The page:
Nebraska Medicine is one of the first health networks in the Midwest and the only one in Nebraska to offer Chimeric Antigen Receptor (CAR) T-cell therapy for people with relapsed b-cell non-Hodgkin lymphomas. T cells are white blood cells — lymphocytes — that fight infection and cancer. If you have this type of cancer of the lymphatic system, these cells are no longer fighting your cancer correctly. This procedure involves removing T cells from your blood stream and sending them to a lab where they are modified by inserting a gene into them. These cells are multiplied, frozen and sent back. The new cells attach onto cancer cells and destroy them.
Why Nebraska Medicine for CAR T-cell Therapy?
Though this is the fifth most common type of cancer in U.S. adults, it takes a large team to offer this treatment, which is one reason it's not readily available at most medical centers. Nebraska Medicine has a very large lymphoma program specializing in research and clinical trials, as well as the extensive equipment necessary to collect and help process the cells.
Overview of the Process at Nebraska Medicine
The entire process here could take more than six weeks.
During the first phase, you come in and have your T cells collected and sent to a lab for processing.
Meanwhile, you would return home for approximately three weeks while these cells are in production.
Once the cell modification is complete, you would then return here and receive a few days of chemotherapy to prepare your body to receive the cells.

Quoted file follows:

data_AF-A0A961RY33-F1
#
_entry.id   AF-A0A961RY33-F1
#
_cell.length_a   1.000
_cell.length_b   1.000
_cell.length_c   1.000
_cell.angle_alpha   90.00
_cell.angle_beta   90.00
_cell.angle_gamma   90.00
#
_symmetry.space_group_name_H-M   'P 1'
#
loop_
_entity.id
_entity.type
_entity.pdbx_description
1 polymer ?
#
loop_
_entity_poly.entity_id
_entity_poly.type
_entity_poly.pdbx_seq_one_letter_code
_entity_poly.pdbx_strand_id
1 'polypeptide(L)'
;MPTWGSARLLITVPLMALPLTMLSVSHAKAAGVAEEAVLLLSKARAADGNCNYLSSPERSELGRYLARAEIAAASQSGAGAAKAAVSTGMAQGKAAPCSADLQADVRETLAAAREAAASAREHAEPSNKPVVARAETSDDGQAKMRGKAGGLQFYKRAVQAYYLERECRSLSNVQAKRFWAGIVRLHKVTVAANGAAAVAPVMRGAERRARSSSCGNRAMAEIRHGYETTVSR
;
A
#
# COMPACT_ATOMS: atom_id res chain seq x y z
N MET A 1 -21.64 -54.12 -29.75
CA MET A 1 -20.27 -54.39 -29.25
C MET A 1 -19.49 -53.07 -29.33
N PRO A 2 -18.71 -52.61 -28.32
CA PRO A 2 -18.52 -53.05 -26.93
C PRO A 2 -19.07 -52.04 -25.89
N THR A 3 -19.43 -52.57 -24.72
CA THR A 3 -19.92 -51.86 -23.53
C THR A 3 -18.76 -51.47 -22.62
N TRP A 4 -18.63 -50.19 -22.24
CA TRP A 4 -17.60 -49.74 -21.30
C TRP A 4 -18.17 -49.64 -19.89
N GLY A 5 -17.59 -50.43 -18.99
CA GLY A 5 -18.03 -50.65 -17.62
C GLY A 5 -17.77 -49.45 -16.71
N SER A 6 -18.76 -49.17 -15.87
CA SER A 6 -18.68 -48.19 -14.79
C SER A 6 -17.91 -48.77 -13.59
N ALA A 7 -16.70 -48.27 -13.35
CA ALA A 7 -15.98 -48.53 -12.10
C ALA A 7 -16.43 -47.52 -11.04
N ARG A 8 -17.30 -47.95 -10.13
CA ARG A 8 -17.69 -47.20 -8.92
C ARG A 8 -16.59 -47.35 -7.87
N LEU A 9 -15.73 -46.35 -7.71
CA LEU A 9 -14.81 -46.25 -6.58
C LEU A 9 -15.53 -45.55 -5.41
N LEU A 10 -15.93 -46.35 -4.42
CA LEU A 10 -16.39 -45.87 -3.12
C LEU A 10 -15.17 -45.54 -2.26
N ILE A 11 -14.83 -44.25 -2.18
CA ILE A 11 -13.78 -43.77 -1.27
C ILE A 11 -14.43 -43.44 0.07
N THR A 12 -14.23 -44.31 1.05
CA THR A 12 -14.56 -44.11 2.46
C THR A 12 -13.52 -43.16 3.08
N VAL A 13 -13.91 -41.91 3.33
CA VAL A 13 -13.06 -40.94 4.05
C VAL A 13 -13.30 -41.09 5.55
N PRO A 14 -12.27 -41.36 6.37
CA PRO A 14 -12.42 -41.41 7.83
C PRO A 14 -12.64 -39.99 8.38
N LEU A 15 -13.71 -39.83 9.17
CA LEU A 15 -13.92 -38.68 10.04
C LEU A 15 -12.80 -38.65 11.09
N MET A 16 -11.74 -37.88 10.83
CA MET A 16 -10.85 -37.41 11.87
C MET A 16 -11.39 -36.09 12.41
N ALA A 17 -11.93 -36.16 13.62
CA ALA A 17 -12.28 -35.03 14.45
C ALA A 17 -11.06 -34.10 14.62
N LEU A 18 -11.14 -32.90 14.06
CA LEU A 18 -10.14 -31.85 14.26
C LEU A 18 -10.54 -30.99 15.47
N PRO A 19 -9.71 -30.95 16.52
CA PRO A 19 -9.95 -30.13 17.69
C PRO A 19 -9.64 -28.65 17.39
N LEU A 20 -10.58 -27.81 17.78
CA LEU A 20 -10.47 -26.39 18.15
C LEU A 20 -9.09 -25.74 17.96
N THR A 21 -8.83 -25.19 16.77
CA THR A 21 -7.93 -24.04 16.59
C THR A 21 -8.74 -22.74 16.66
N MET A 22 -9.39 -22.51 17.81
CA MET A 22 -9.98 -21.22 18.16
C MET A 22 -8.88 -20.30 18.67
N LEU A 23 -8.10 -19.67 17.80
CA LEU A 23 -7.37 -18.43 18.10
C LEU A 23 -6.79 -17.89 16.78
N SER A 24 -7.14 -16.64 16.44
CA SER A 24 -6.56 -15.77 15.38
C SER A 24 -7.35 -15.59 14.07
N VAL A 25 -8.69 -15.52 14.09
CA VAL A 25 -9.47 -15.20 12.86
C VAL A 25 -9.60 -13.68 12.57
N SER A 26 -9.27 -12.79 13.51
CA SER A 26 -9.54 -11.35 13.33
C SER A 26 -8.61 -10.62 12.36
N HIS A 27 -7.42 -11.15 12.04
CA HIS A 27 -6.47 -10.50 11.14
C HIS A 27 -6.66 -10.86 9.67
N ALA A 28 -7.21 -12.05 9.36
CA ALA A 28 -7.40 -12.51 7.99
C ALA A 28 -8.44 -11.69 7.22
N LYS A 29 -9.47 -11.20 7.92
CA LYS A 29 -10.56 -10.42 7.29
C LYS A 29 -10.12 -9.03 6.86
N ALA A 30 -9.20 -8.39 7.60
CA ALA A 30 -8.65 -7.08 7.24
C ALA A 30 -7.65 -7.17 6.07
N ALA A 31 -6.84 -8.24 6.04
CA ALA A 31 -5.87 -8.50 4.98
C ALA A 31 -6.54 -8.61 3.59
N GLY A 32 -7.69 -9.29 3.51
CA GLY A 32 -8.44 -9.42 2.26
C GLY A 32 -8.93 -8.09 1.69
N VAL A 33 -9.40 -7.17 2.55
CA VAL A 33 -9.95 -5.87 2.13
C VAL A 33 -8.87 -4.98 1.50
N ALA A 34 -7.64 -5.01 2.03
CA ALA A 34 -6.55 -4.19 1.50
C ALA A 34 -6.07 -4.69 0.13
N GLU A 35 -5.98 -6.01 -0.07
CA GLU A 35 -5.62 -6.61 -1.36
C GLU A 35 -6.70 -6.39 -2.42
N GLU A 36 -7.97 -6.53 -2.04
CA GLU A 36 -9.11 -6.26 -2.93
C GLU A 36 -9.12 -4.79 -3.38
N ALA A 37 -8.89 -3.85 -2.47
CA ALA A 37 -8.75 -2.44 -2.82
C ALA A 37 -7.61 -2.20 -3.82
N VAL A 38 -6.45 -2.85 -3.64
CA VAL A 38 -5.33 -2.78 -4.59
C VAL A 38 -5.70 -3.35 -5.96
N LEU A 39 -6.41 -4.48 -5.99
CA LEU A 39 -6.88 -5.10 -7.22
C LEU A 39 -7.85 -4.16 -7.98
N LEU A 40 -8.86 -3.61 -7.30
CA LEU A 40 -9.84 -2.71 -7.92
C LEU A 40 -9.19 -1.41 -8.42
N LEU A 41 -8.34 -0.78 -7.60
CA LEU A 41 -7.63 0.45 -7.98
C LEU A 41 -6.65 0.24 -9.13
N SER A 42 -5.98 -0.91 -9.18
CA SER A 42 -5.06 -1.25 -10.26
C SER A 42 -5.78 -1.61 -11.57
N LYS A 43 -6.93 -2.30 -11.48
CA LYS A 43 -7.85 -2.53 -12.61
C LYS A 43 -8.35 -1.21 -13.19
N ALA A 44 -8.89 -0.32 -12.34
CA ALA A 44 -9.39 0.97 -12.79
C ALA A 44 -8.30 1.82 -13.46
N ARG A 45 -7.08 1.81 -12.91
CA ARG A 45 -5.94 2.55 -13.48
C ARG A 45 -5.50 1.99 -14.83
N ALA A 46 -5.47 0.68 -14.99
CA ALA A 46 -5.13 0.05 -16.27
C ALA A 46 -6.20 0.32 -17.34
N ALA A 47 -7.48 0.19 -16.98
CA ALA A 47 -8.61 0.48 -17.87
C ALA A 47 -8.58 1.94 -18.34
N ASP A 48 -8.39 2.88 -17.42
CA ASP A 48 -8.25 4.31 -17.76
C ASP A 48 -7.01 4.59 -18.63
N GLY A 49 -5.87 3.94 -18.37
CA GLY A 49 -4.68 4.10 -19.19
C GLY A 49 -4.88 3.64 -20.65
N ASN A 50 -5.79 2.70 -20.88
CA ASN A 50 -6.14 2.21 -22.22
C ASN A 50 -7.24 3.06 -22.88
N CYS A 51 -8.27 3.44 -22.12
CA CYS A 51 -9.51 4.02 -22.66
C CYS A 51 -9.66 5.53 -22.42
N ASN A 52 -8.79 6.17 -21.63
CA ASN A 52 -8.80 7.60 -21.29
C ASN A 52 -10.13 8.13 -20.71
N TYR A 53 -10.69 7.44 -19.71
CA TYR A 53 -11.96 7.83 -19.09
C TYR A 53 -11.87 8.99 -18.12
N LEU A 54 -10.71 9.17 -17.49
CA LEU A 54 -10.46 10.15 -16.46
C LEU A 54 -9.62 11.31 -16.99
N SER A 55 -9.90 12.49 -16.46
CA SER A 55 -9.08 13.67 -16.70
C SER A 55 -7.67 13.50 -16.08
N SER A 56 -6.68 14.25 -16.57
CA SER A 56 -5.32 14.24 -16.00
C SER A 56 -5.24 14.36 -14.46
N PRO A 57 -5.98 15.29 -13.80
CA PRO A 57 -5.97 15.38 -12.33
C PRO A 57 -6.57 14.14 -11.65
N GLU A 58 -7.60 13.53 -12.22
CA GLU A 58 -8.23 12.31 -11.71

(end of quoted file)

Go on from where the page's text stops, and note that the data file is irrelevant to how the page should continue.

You then have your own modified T cells placed back into your blood stream. A specialized team monitors you at the hospital for the next two weeks. Frequent blood tests and exams are necessary to closely watch for side effects of the treatment. You will continue to be monitored closely for the next few weeks in the outpatient clinic.
CAR T-cell is the first genetically altered cellular therapy to reach a commercial product. Given this is such a new treatment, you will be assigned a financial counselor to work with you and your insurance company regarding coverage options.
Second Opinions and Clinical Trials
Prior to the new treatment being approved by the U.S. Food and Drug Administration, Nebraska Medicine was one of the few hospitals in the nation involved in the clinical trials program as well.
We are constantly trying to perform clinical trials on a wide variety of patients with other hard-to-treat cancers. So if you've been diagnosed with cancer and just want a second opinion, think you might be a fit for CAR-T cell therapy, or want to see if you'd be a fit for any of our existing clinical trials, please call 402.559.5600.